Republic of Moldova is found liable for banning LGBT demonstration in Moldova
The European Court of Human Rights has ruled today that the ban of LGBT demonstration organised by GENDERDOC-M Information Centre in May 2005 was contradictory to Articles 11 (freedom of assembly and association), 13 (right to an effective remedy) and 14 (prohibition of discrimination) of the European Convention on Human Rights. The Republic of Moldova is to pay GENDERDOC-M Information Centre compensation in the amount of 11,000 Euros within following three months.
For the first time in Moldova’s judicial history, the European Court of Human Rights has found the state liable for violating Article 14 of the ECHR, which explicitly prohibits discrimination. It took six years for the Court to eventually recognise state-sponsored discrimination against people on the ground of sexual orientation in the Republic of Moldova, though in conjunction with the Article 11 of the Convention.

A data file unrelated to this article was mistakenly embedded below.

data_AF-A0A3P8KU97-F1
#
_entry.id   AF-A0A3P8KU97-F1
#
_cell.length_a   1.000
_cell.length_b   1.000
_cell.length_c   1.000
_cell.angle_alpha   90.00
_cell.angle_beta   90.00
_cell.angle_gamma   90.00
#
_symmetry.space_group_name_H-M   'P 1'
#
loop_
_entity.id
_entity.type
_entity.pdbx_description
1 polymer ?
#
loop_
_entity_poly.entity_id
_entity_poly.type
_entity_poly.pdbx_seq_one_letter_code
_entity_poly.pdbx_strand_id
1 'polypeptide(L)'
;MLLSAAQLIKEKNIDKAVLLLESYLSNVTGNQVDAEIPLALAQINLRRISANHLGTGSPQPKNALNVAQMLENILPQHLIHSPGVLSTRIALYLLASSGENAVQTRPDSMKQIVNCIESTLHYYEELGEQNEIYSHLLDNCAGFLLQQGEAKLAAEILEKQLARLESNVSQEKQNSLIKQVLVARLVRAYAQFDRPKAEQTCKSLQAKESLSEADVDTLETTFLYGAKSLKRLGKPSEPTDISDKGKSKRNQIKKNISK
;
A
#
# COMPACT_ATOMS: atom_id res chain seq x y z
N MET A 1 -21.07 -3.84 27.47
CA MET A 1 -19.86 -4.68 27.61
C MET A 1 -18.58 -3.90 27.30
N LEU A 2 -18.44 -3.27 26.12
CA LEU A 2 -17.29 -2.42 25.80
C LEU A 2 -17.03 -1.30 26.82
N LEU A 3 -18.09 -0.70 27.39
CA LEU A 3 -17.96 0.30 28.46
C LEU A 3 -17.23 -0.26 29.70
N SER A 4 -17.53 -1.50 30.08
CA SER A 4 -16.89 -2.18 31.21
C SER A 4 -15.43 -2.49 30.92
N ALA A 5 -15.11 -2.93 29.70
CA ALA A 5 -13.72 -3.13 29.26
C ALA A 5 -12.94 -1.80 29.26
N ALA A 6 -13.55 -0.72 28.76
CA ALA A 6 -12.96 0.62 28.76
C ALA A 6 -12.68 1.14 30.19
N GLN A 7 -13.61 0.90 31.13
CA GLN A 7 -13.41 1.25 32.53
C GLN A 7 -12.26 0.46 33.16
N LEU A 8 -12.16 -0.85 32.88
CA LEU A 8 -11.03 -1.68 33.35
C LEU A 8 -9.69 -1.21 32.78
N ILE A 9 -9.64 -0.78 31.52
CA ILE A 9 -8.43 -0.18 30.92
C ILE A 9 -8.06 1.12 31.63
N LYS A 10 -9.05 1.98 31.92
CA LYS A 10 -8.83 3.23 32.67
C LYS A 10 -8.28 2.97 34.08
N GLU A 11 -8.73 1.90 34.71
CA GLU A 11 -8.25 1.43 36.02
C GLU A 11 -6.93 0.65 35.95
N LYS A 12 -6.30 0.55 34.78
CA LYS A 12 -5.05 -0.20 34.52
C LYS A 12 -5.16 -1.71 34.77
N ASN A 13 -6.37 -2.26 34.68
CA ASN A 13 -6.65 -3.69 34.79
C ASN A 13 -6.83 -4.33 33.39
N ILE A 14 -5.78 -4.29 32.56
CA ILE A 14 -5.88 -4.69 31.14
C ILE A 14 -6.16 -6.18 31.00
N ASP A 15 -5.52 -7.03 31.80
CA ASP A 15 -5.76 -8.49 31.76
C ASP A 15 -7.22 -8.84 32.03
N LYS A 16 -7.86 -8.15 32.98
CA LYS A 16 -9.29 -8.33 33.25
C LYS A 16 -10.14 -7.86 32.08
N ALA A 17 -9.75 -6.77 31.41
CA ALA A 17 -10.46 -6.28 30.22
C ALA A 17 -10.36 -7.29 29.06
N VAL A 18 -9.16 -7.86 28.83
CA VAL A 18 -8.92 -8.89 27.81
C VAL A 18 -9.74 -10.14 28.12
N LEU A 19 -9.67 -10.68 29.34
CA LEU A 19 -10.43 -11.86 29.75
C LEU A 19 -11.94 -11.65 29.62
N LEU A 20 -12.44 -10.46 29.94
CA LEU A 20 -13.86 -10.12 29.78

The GENDERDOC-M Information Centre expresses its deep gratitude to the lawyer Natalia Mardari from the Moldovan Institute for Human Rights (IDOM) who represented interests of the Centre throughout the entire trial, both nationally and internationally.
Anastasia Danilova, Executive Director of GENDERDOC-M Information Centre, said: “This is a historic moment for Moldova’s LGBT movement which proves once again the well-known axiom that LGBT rights are human rights. If Moldovan authorities refuse to recognise this self-evident fact, they are doomed to be shamed on the international level and pay significant monetary compensations to victims. We congratulate everybody who believe in principles of equality and universality of human rights that justice has been eventually restored”.